Regulations

Minimum Wages: State Rate Applies If It is Higher than U.S. Figure

Posted on August 1, 2003 by LCT Staff - Also by this author

Q: What is the difference between the federal minimum wage and the state minimum wage. And which rate should I paying?
A: The federal minimum wage for non-exempt employees covered under the Fair Labor Standards Act is $5.15 an hour. Some states, however, have set a rate that is higher than the federal minimum wage.

Connecticut’s, for example, is $6.90 an hour, Masschusetts’ is $6.75 an hour, and Washington’s is $7.01 an hour. In cases like these, the employee is entitled to the higher, state rate.

The U.S. Department of Labor Web site, www.dol.gov, can provide more information on federal and state regulations.

Q: What is the federal law pertaining to overtime, vacation and sick time?
A: Overtime pay of at least 1½ times employees’ regular rate of pay is required after 40 hours of work in a work week. The federal FLSA, however, does not require severance pay, sick leave, vacations, or holidays.

Q: I heard of something called the Eight-Hour Day Restoration of Workplace Flexibility Act. What is this and should I worry about it?
A: This is a California law. It provides for overtime pay for time worked beyond 40 hours a week and overtime for any time that extends beyond an eight-hour workday, even if the employee’s work week does not extend past 40 hours.

Q: Am I required, in California, to provide my employees with meal and rest periods?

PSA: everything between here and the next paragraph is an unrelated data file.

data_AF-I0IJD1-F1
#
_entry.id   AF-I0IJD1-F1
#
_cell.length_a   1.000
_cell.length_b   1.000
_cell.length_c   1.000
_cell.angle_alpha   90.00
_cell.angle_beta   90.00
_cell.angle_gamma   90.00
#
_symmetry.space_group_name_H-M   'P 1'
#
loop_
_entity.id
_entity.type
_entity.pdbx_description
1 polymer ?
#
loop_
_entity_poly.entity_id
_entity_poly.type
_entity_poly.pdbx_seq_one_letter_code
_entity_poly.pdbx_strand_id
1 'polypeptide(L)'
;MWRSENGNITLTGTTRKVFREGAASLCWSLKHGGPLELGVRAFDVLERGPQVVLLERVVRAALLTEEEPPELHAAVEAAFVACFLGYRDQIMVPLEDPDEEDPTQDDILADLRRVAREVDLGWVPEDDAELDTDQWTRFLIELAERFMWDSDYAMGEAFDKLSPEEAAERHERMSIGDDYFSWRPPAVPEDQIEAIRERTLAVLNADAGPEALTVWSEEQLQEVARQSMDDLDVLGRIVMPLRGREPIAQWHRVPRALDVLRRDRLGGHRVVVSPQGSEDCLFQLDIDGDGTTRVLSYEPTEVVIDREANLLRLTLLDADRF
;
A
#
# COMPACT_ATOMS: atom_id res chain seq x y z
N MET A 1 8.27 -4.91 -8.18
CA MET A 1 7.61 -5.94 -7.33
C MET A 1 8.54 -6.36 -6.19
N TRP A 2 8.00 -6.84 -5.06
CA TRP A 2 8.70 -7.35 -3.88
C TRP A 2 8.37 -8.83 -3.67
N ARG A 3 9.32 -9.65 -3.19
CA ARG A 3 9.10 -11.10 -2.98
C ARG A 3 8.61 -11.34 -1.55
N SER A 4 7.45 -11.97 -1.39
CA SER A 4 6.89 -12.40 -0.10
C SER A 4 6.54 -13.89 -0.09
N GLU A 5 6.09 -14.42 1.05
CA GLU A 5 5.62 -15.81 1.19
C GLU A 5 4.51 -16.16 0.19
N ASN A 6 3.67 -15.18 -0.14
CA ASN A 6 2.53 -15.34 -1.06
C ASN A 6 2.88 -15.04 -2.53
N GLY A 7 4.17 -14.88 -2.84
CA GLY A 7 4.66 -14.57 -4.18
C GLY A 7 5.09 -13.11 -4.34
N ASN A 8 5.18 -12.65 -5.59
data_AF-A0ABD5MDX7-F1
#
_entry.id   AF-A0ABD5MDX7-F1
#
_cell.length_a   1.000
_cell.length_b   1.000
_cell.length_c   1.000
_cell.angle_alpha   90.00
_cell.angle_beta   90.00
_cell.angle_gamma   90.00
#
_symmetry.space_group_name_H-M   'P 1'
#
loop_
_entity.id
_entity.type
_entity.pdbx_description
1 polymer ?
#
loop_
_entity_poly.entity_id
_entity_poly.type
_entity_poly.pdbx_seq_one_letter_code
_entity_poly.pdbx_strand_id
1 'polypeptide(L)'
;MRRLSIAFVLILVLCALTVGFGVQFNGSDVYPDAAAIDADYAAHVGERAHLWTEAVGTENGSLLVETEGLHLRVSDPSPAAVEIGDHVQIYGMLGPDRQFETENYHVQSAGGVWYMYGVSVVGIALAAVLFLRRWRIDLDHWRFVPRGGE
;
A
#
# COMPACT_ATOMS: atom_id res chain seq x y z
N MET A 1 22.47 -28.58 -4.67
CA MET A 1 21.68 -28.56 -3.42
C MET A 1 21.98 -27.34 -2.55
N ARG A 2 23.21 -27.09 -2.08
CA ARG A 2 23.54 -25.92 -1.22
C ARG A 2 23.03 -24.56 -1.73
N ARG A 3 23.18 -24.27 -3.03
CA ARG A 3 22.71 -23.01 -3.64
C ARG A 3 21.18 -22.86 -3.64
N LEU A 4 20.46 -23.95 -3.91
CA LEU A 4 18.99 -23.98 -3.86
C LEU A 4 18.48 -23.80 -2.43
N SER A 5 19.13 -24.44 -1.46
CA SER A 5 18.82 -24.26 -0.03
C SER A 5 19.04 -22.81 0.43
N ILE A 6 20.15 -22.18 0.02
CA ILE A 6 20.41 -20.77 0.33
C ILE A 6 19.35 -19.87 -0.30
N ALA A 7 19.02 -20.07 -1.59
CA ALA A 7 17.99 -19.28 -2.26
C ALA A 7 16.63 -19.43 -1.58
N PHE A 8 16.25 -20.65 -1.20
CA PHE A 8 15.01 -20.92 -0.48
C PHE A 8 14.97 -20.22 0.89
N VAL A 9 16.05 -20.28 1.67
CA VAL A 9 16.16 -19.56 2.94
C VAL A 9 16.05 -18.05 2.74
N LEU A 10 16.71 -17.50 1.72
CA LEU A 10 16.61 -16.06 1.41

A: Employers may be penalized if you do not provide meal and rest periods for non-exempt employees. California employers who do not provide the required meal or rest period must pay the employee one hour extra pay for the day for each meal period violation and one hour extra pay for all rest-period violations.

Q: What does the California law say are the requirements for meal and rest periods?
A: Non-exempt employees are entitled to at least one half hour of unpaid meal break for every work period of more than five hours. If an employee works less than six hours in a day, the employee may agree to waive the meal period.

In addition, the meal period must be in the middle of each work period, except in extremely unusual circumstances where doing so is impractical because of the employee’s job responsibilities.

Attestment forms used by the employer are a way of establishing that meal periods and rest periods were taken (one period in the morning part of the shift and one period in the afternoon part of the shift in a typical eight-hour work day).

Q: How do I set up alternative workweeks for my employees?
A: Alternative workweeks must contain shifts of no more than ten and no less than four hours. These alternative workweek schedules must be approved and voted on by the affected employees after proper notice is provided to them.

Michael Drenan is an attorney specializing in employment law issues with the Dan Diego firm of Oliva & Drenan. Contact him at (858) 385-0491 or [email protected]

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